Crazy Horse (Penguin Lives) by Larry McMurtry

After reading a short young adult novel on Crazy Horse I was motivated to pull this short biography of Crazy Horse off the shelf and read it. It was an enjoyable and interesting rumination.

McMurtry tries to, but knows it is impossible to really, separate the “man from the myth.” He tries to help the reader understand the limited number of facts involved and the perspectives of many of the historians and writers (personalities) who have tackled the subject.

It is not the type of biography to lay out the basic facts in a straightforward way, but it is an engaging and insightful way to think about this larger than life character.

As with the novel, I was frequently saddened by the tragedy of the American dealings with Native Americans and the disappearance of their way of life.

I agree with Publishers Weekly:

Deceptively brief and seemingly lightweight, this wonderful work effectively cuts through decades of hyperbole. McMurtry illuminates the enigma and the myth of Crazy Horse to present him as a man?no more, no less. He has stripped away the incessant Noble Savage image that persists in many serious works about Native Americans, even to this day. He gently jabs earlier biographers who based entire volumes on little or no evidence of the events in Crazy Horse’s life. “Still I am not writing this book because I think I know what Crazy Horse did much less what he thought on more than a few occasions in his life; I’m writing it because I have some notions about what he meant to his people in his lifetime, and also what he has come to mean to generations of Sioux in our century and even our time.”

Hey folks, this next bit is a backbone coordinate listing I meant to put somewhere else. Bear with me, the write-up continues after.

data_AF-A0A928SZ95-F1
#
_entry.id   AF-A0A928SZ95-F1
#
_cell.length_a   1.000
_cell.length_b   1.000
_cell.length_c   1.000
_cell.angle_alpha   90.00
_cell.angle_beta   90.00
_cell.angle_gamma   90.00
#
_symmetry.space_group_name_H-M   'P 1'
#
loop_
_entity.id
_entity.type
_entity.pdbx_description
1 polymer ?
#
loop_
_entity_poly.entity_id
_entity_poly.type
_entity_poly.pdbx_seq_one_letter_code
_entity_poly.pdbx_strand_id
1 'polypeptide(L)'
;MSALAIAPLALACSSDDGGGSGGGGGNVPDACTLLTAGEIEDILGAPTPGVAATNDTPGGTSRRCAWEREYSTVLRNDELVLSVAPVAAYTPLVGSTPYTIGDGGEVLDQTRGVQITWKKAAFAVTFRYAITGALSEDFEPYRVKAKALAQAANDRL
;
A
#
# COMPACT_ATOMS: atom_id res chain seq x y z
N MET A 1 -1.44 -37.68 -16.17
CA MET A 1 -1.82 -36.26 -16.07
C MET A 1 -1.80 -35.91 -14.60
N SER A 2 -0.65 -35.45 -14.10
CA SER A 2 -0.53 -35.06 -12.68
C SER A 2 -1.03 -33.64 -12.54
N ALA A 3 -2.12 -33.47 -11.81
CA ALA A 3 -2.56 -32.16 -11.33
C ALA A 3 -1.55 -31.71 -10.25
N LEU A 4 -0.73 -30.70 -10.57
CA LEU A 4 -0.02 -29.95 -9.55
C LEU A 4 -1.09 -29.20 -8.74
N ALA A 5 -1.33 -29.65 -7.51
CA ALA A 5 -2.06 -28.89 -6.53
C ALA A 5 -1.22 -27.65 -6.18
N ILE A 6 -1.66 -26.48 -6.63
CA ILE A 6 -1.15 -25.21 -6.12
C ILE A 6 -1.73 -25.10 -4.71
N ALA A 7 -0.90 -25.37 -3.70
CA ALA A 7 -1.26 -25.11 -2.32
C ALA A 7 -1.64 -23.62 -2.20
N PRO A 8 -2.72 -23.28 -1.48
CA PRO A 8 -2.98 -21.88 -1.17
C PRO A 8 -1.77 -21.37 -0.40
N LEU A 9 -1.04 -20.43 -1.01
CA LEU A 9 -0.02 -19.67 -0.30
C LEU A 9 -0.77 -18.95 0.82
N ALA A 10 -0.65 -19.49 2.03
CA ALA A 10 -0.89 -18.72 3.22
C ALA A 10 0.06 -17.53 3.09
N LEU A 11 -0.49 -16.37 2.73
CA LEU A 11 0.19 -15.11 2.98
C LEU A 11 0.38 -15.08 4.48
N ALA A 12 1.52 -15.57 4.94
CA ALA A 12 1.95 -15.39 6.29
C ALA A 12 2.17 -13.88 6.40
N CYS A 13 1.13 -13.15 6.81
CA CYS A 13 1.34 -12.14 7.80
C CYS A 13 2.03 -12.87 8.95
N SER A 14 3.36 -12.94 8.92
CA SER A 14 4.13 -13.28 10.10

Crazy Horse Book Cover Crazy Horse
Penguin Lives
Larry McMurtry
Biography & Autobiography
Penguin
1999
Hardback
148

Legends cloud the life of Crazy Horse, a seminal figure in American history but an enigma even to his own people in his own day. This biography looks back across more than one hundred and twenty years at the life and death of this great Sioux warrior who became a reluctant leader at the Battle of the Little Bighorn. With his uncanny gift for understanding the human psyche, Larry McMurtry animates the character of this remarkable figure, whose betrayal by white representatives of the U.S. government was a tragic turning point in the history of the West. A mythic figure puzzled over by generations of historians, Crazy Horse emerges from McMurtry's sensitive portrait as the poignant hero of a long-since-vanished epoch.

About the author

Kevin Holtsberry

I work in communications and public affairs. I try to squeeze in as much reading as I can while still spending time with my wife and two kids (and cheering on the Pittsburgh Steelers and Michigan Wolverines during football season - oh, and watching golf too).

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